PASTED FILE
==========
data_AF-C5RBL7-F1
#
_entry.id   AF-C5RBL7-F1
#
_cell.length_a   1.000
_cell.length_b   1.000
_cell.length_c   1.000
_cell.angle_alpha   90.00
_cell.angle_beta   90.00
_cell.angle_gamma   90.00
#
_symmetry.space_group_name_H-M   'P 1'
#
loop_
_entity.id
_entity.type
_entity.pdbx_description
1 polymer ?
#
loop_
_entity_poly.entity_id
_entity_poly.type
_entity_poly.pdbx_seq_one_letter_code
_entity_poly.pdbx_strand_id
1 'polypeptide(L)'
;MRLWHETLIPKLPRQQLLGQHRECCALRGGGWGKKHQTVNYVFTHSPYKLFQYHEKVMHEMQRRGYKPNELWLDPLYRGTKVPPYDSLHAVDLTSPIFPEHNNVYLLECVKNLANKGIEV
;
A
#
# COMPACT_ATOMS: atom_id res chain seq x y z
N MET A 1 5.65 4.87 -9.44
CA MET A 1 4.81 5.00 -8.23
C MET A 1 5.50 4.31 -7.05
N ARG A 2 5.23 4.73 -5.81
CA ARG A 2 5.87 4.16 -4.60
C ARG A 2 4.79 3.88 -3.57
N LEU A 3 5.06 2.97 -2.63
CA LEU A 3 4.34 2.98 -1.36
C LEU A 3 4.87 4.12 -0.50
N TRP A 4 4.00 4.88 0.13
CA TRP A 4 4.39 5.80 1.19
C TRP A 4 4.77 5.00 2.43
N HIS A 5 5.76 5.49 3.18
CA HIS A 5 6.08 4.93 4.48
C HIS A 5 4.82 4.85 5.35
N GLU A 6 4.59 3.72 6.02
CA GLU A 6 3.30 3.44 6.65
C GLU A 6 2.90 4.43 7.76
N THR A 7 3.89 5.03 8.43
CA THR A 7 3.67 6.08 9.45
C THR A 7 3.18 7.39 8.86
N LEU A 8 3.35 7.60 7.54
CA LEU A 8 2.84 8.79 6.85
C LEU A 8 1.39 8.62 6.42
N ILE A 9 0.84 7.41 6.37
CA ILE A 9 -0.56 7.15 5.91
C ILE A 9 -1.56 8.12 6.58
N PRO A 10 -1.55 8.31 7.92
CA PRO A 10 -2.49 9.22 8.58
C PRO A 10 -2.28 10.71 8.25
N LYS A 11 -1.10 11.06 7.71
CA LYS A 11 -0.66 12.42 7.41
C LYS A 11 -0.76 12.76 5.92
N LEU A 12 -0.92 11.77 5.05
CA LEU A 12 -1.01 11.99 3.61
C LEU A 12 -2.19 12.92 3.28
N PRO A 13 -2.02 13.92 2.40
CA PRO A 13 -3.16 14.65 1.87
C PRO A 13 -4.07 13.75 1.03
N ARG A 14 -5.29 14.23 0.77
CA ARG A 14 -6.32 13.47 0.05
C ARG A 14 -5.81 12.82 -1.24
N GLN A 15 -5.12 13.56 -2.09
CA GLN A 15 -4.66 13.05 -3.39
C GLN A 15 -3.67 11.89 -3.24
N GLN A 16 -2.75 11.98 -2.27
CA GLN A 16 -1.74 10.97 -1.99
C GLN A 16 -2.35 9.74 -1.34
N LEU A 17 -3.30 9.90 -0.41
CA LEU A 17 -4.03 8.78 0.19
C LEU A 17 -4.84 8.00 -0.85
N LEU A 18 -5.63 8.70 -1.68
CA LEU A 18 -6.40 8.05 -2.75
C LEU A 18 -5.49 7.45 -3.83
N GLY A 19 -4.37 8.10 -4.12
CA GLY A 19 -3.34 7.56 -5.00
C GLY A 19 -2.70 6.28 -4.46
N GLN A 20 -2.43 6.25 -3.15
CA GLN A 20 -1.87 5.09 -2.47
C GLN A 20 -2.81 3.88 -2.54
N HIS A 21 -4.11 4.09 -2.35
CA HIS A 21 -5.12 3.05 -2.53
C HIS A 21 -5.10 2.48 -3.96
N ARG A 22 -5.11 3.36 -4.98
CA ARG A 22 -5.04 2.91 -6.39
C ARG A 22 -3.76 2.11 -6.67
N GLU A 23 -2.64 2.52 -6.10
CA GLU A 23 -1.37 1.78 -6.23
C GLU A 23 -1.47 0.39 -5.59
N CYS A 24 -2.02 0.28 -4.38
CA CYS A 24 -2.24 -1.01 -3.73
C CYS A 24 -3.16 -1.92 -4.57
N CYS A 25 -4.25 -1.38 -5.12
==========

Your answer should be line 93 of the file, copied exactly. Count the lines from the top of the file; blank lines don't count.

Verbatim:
C HIS A 21 -5.10 2.48 -3.96